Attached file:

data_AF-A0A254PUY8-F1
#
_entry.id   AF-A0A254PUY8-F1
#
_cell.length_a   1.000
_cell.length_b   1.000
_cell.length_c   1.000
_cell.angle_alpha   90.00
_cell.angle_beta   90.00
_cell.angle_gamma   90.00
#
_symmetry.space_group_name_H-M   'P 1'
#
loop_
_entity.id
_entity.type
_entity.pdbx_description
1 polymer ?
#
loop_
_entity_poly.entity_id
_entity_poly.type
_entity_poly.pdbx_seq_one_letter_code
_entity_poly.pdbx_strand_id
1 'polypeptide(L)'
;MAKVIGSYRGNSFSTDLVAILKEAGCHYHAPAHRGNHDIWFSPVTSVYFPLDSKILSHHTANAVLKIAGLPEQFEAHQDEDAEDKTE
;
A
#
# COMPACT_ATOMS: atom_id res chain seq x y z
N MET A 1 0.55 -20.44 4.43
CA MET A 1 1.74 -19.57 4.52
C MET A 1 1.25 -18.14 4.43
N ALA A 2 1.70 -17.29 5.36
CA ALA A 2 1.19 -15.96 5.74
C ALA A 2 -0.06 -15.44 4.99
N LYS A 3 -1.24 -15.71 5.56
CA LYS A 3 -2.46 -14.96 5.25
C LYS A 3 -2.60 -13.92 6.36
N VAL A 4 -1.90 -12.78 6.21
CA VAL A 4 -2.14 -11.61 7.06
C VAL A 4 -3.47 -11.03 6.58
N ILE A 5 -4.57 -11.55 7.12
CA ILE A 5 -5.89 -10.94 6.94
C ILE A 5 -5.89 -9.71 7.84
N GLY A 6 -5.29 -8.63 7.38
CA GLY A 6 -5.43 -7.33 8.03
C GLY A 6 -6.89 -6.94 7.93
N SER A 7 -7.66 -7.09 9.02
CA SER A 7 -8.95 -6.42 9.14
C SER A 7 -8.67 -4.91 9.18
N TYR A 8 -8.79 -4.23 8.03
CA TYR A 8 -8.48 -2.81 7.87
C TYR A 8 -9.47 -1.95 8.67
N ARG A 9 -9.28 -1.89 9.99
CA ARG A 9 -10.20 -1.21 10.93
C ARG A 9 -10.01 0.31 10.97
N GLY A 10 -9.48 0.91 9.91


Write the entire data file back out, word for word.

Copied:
data_AF-A0A254PUY8-F1
#
_entry.id   AF-A0A254PUY8-F1
#
_cell.length_a   1.000
_cell.length_b   1.000
_cell.length_c   1.000
_cell.angle_alpha   90.00
_cell.angle_beta   90.00
_cell.angle_gamma   90.00
#
_symmetry.space_group_name_H-M   'P 1'
#
loop_
_entity.id
_entity.type
_entity.pdbx_description
1 polymer ?
#
loop_
_entity_poly.entity_id
_entity_poly.type
_entity_poly.pdbx_seq_one_letter_code
_entity_poly.pdbx_strand_id
1 'polypeptide(L)'
;MAKVIGSYRGNSFSTDLVAILKEAGCHYHAPAHRGNHDIWFSPVTSVYFPLDSKILSHHTANAVLKIAGLPEQFEAHQDEDAEDKTE
;
A
#
# COMPACT_ATOMS: atom_id res chain seq x y z
N MET A 1 0.55 -20.44 4.43
CA MET A 1 1.74 -19.57 4.52
C MET A 1 1.25 -18.14 4.43
N ALA A 2 1.70 -17.29 5.36
CA ALA A 2 1.19 -15.96 5.74
C ALA A 2 -0.06 -15.44 4.99
N LYS A 3 -1.24 -15.71 5.56
CA LYS A 3 -2.46 -14.96 5.25
C LYS A 3 -2.60 -13.92 6.36
N VAL A 4 -1.90 -12.78 6.21
CA VAL A 4 -2.14 -11.61 7.06
C VAL A 4 -3.47 -11.03 6.58
N ILE A 5 -4.57 -11.55 7.12
CA ILE A 5 -5.89 -10.94 6.94
C ILE A 5 -5.89 -9.71 7.84
N GLY A 6 -5.29 -8.63 7.38
CA GLY A 6 -5.43 -7.33 8.03
C GLY A 6 -6.89 -6.94 7.93
N SER A 7 -7.66 -7.09 9.02
CA SER A 7 -8.95 -6.42 9.14
C SER A 7 -8.67 -4.91 9.18
N TYR A 8 -8.79 -4.23 8.03
CA TYR A 8 -8.48 -2.81 7.87
C TYR A 8 -9.47 -1.95 8.67
N ARG A 9 -9.28 -1.89 9.99
CA ARG A 9 -10.20 -1.21 10.93
C ARG A 9 -10.01 0.31 10.97
N GLY A 10 -9.48 0.91 9.91